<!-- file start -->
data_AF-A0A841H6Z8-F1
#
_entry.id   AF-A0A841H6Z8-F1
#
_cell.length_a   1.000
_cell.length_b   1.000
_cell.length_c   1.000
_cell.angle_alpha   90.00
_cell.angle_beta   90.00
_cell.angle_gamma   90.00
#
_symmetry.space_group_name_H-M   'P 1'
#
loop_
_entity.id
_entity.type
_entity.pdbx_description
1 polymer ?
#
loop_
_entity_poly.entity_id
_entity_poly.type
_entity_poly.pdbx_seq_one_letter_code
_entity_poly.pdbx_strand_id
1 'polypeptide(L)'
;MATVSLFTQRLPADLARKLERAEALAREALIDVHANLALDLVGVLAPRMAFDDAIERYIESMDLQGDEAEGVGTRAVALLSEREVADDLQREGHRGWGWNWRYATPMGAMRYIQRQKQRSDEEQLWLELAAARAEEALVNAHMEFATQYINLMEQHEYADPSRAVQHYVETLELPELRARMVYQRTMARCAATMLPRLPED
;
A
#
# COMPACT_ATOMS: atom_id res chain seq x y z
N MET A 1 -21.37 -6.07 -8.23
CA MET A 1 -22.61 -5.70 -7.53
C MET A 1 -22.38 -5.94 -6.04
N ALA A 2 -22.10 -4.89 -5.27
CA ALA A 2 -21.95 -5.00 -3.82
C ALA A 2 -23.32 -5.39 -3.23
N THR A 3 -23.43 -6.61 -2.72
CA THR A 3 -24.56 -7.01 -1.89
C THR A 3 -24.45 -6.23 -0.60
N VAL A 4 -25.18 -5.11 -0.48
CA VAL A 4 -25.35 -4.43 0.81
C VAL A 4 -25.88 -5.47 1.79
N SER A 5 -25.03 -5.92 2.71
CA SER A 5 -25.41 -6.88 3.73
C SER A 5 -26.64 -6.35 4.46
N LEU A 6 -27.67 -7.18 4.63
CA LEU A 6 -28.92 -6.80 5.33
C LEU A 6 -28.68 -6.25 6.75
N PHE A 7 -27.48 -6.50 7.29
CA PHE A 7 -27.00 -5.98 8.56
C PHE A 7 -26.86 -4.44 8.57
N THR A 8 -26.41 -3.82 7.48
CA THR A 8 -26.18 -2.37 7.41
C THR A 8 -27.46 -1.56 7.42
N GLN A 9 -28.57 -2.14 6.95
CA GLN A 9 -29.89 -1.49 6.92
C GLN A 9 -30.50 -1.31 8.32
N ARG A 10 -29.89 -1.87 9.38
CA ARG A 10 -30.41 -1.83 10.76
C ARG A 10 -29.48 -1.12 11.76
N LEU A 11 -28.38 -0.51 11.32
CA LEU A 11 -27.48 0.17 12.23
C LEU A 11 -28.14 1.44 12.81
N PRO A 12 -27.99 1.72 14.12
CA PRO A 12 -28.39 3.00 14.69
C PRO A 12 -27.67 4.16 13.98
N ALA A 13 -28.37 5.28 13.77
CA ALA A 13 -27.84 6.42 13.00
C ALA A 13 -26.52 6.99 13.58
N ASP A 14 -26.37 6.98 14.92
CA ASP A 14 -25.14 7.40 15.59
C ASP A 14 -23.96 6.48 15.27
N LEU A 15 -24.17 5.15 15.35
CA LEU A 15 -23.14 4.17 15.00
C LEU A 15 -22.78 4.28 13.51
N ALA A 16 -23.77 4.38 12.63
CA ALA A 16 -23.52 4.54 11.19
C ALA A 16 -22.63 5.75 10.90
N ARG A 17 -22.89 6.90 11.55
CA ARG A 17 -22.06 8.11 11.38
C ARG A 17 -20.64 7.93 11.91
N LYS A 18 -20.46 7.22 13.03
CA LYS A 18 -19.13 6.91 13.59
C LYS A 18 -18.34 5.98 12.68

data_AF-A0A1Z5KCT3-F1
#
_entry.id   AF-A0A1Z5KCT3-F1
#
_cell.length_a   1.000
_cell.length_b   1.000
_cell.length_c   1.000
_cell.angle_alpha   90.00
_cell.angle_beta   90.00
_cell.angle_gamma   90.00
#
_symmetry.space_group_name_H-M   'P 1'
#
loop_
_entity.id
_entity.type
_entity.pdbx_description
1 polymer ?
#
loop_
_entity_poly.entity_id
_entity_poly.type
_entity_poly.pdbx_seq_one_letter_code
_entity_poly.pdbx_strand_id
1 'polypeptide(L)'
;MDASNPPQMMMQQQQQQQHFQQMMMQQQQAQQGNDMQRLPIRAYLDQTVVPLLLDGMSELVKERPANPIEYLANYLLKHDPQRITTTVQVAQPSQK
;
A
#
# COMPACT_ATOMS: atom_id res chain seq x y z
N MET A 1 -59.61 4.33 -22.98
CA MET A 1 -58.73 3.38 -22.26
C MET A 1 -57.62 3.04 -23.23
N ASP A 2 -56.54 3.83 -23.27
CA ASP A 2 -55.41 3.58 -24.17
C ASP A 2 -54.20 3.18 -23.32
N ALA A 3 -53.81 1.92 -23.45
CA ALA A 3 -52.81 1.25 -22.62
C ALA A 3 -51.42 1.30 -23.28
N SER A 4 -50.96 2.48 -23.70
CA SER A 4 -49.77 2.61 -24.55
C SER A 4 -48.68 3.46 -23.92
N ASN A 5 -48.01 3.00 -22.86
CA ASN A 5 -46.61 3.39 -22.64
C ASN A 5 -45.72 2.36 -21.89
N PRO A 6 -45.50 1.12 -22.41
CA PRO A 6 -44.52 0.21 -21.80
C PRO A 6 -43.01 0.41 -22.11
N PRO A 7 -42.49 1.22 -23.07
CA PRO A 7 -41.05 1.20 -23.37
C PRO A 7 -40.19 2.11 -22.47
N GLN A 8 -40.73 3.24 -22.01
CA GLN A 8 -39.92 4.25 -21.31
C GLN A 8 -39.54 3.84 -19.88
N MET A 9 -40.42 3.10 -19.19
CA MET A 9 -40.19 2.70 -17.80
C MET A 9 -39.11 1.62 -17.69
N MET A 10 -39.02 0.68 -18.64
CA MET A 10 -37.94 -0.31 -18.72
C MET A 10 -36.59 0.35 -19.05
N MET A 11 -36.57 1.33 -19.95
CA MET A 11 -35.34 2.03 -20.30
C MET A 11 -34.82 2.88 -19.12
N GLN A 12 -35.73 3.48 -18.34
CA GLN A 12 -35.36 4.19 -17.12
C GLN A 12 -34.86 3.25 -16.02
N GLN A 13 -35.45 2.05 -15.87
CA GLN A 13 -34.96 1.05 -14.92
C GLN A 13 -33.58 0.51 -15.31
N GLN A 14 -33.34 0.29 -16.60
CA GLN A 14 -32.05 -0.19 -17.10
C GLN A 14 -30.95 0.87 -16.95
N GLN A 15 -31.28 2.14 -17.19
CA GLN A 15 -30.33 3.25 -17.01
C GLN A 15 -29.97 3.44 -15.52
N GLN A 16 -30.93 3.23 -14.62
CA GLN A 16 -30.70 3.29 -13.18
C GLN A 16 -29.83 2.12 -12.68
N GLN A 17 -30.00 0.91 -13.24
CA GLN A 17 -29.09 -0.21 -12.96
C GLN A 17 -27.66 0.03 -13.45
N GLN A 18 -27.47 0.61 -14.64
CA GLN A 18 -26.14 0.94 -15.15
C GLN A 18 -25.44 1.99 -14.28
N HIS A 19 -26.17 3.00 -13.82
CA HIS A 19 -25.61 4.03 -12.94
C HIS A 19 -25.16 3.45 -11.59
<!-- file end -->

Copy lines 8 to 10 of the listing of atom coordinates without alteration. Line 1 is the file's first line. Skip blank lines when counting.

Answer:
_cell.angle_alpha   90.00
_cell.angle_beta   90.00
_cell.angle_gamma   90.00